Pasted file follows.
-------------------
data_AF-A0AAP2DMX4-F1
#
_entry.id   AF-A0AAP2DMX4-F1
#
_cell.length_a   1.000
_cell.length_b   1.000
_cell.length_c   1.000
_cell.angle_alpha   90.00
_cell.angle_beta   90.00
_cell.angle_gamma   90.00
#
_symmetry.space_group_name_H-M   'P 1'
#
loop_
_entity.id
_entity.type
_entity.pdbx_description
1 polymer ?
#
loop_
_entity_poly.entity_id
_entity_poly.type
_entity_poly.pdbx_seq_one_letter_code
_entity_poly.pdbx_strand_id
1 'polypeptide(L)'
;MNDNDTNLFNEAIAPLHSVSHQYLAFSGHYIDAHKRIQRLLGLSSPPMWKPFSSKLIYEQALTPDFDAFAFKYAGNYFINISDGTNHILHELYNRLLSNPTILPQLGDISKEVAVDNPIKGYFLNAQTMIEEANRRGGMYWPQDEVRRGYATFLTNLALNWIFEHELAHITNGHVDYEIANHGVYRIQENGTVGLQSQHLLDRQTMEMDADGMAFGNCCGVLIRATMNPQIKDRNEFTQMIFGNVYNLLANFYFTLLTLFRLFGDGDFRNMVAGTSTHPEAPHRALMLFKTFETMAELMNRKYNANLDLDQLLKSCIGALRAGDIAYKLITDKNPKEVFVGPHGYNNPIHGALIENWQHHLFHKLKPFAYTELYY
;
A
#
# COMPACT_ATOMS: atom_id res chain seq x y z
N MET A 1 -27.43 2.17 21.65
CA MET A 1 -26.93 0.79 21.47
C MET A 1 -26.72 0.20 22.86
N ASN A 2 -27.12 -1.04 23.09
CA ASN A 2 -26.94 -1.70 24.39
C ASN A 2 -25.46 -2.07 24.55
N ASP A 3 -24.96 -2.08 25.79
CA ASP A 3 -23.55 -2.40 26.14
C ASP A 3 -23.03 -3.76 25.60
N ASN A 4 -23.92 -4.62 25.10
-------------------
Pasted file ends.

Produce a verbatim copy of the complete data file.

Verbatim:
data_AF-A0AAP2DMX4-F1
#
_entry.id   AF-A0AAP2DMX4-F1
#
_cell.length_a   1.000
_cell.length_b   1.000
_cell.length_c   1.000
_cell.angle_alpha   90.00
_cell.angle_beta   90.00
_cell.angle_gamma   90.00
#
_symmetry.space_group_name_H-M   'P 1'
#
loop_
_entity.id
_entity.type
_entity.pdbx_description
1 polymer ?
#
loop_
_entity_poly.entity_id
_entity_poly.type
_entity_poly.pdbx_seq_one_letter_code
_entity_poly.pdbx_strand_id
1 'polypeptide(L)'
;MNDNDTNLFNEAIAPLHSVSHQYLAFSGHYIDAHKRIQRLLGLSSPPMWKPFSSKLIYEQALTPDFDAFAFKYAGNYFINISDGTNHILHELYNRLLSNPTILPQLGDISKEVAVDNPIKGYFLNAQTMIEEANRRGGMYWPQDEVRRGYATFLTNLALNWIFEHELAHITNGHVDYEIANHGVYRIQENGTVGLQSQHLLDRQTMEMDADGMAFGNCCGVLIRATMNPQIKDRNEFTQMIFGNVYNLLANFYFTLLTLFRLFGDGDFRNMVAGTSTHPEAPHRALMLFKTFETMAELMNRKYNANLDLDQLLKSCIGALRAGDIAYKLITDKNPKEVFVGPHGYNNPIHGALIENWQHHLFHKLKPFAYTELYY
;
A
#
# COMPACT_ATOMS: atom_id res chain seq x y z
N MET A 1 -27.43 2.17 21.65
CA MET A 1 -26.93 0.79 21.47
C MET A 1 -26.72 0.20 22.86
N ASN A 2 -27.12 -1.04 23.09
CA ASN A 2 -26.94 -1.70 24.39
C ASN A 2 -25.46 -2.07 24.55
N ASP A 3 -24.96 -2.08 25.79
CA ASP A 3 -23.55 -2.40 26.14
C ASP A 3 -23.03 -3.76 25.60
N ASN A 4 -23.92 -4.62 25.10